Lens overview image Scanner Nikkor ED 100 (Source: Nikon company brochure)

In the Scanner Nikkor ED 100, the exceptional correction of the lenses was adopted from the original Printing Nikkor 100. It is an ultrawide-band apochromat, with lenses perfectly correcting astigmatism, spherical aberrations, image distortions, and lateral chromatic aberrations across the entire image circle, not only in the visible light range (400–780 nanometers) but up to 850 nanometers, i.e., into the near-infrared range.


Discovering this fantastic film scanner lens for focus stacking photography is solely the merit of the late photographer Robert O'Toole, who described it on his website as having "blurred the line between what could be achieved with an affordable desktop scanner and a professional drum scanner," and: "When the Nikon 8000 ED scanner was announced in 2001, there was literally no comparable lens on the market.“


Since he reported on this lens in 2017, the price has skyrocketed, not least because it is rarely offered. Since manufacturers have stopped production and distribution of the devices and even spare parts supply, the value of functional film scanners has increased rapidly, and the situation in medium format is even more dramatic. Even when searching globally through online auction houses, it is extremely rare to find a Nikon Super CoolScan 8000 or 9000 being discarded and filleted, and countless interested parties worldwide have saved the search in their online profiles and are just waiting for it.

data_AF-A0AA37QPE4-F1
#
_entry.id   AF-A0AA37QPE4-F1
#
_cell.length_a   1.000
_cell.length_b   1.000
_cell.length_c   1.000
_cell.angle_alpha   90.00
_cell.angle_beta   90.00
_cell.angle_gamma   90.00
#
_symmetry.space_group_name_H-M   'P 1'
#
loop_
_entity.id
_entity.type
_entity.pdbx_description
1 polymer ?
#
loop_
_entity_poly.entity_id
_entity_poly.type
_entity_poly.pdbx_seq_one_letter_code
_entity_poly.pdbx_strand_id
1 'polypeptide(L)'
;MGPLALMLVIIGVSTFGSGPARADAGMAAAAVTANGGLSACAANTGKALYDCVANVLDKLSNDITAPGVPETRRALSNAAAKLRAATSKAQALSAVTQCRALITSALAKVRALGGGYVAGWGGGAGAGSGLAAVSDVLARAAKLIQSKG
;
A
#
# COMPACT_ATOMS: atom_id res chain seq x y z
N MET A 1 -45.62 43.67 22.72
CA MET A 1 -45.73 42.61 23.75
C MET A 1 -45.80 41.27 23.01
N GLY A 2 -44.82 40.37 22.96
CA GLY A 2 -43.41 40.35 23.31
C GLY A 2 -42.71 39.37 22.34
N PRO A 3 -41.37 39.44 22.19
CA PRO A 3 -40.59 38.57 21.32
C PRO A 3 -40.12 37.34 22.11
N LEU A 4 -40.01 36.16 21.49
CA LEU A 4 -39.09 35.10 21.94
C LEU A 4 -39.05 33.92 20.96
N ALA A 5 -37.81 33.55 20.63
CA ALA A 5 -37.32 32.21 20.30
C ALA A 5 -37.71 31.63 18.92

The Scanner Nikkor ED 100 lens is standing vertically on a white background; numerous scratch marks can be seen on the black housing
The Scanner Nikkor ED 100 has numerous scratch marks, which were important as alignment marks during mounting. Above you can see the white paint dot that was oriented towards the sensor in the scanner.

Housing and magnification ratio

The Scanner Nikkor ED 100 has 14 lenses arranged in six groups. A look at the two main groups, which appear nearly identical and mirror-symmetric, suggests that this lens can be used in both directions. In fact, this is true, but with slightly different magnification ratios, as in the original position (white dot on the housing pointing towards the sensor), it operates at approximately 0,9:1, while in the reverse direction (white dot on the housing pointing away from the sensor), it operates at approximately 1,1:1. Robert O'Toole provides magnification ratios of 0.87–0.89 for the sensor position and 1.12–1.15 for the reverse direction.


Determining the image scale

Sensor 35 mm full format, image width 36 mm; modify the focus distance (distance between sensor and light exit lens of the objective) so that you can see a certain number of millimeters on a focused ruler with millimeter graduation.


Picture shows a focused ruler on which 36 millimeters are recognizable
The image shows 36 mm = 1:1

Picture shows a focused ruler on which 32.4 millimeters are visible
The image shows 32.4 mm = 1.1:1